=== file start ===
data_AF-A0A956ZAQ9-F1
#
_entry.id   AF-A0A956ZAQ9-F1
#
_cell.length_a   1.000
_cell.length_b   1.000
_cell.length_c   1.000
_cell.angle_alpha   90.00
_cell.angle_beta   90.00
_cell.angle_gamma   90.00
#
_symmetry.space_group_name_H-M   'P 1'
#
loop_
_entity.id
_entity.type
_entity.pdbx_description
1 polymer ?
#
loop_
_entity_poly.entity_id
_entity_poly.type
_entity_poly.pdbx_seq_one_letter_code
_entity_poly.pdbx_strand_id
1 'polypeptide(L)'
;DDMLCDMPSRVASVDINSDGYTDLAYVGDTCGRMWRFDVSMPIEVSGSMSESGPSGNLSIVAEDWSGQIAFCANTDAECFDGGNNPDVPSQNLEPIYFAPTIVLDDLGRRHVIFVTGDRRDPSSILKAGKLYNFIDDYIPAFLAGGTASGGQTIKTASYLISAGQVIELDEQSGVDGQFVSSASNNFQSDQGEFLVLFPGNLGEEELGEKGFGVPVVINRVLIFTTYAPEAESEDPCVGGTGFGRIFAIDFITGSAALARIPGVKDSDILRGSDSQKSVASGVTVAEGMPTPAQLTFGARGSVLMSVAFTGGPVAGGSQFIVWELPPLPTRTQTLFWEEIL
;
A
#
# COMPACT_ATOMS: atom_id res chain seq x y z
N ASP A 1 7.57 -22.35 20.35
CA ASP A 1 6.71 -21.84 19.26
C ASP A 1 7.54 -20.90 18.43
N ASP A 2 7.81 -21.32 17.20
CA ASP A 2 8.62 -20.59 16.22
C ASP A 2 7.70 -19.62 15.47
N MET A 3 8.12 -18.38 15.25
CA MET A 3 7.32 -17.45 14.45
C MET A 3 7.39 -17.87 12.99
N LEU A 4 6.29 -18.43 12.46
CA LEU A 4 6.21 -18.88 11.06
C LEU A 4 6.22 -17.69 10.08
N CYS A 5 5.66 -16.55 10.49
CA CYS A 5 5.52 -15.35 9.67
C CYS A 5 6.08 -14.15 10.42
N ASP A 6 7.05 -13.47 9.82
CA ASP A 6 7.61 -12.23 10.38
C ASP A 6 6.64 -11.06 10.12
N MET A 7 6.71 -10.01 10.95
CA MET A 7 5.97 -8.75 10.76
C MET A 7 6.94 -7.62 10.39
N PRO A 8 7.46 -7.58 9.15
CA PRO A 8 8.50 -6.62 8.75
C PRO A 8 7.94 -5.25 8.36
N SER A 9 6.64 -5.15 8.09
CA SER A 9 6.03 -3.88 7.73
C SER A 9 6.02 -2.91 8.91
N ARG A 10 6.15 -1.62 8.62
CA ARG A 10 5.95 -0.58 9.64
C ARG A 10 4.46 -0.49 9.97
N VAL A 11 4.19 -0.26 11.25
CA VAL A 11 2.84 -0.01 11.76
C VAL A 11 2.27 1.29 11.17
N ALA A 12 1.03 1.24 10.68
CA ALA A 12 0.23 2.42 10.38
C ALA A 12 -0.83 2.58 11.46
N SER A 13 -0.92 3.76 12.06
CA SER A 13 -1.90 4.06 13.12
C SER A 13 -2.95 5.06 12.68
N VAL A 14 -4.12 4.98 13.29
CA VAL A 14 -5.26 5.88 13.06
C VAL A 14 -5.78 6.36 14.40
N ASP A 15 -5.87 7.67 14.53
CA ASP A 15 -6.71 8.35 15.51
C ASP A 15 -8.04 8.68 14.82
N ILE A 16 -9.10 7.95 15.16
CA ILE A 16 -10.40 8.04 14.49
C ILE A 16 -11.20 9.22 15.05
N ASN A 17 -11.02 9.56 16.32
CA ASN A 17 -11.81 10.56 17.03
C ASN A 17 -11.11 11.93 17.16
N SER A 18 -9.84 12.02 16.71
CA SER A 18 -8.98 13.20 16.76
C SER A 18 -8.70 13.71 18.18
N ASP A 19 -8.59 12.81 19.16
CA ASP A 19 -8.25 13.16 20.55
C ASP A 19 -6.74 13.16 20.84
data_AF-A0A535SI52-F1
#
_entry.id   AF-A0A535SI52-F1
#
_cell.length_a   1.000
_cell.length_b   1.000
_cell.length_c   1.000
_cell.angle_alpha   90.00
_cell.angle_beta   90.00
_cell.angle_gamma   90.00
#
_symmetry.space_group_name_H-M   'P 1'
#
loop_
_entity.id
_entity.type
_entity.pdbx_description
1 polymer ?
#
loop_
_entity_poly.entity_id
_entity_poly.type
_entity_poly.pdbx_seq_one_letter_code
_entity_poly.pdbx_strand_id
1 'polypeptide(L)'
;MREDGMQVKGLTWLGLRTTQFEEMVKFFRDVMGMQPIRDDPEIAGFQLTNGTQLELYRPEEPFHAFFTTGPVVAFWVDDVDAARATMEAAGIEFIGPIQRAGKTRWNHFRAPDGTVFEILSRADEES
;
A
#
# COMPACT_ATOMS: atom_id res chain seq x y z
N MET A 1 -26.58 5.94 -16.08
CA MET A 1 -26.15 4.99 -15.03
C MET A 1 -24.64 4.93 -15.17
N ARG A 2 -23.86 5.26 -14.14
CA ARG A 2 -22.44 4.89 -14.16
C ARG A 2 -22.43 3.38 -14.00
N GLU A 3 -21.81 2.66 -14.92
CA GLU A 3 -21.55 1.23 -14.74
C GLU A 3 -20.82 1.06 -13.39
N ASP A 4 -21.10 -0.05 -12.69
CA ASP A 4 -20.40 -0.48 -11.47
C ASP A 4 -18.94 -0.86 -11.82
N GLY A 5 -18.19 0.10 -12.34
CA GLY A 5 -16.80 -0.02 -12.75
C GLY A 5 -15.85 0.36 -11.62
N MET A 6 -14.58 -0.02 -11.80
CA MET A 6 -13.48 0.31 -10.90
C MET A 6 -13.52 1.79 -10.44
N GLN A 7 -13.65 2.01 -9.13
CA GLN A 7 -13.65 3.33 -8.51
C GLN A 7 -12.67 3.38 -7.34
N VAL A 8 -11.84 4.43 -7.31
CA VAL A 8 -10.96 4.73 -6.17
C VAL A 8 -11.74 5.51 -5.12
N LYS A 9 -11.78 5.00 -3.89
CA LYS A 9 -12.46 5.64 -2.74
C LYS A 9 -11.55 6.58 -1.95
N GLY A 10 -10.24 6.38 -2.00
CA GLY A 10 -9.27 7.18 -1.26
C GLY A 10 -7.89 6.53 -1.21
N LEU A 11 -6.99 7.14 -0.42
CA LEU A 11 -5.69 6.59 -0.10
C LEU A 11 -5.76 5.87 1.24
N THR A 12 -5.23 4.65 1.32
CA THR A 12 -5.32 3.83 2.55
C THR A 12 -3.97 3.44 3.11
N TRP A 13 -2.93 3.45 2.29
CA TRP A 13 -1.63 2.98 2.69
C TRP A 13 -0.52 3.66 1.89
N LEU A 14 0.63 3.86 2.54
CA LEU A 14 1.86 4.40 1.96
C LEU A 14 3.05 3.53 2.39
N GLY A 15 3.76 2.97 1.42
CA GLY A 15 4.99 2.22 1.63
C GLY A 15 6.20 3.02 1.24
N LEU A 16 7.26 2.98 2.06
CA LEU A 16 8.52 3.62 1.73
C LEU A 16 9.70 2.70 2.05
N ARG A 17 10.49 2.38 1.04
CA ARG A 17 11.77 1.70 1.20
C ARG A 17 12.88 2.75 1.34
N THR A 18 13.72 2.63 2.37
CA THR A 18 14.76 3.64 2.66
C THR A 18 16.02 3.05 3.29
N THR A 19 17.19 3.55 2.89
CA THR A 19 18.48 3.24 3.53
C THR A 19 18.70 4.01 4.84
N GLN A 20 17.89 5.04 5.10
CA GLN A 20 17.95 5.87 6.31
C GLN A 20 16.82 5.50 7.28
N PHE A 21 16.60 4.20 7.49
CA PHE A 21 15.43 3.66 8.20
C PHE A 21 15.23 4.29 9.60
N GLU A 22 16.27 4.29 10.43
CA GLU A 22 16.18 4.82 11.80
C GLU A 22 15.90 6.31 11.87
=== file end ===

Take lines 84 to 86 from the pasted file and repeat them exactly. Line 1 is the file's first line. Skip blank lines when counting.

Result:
C SER A 18 -8.70 13.71 18.18
N ASP A 19 -8.59 12.81 19.16
CA ASP A 19 -8.25 13.16 20.55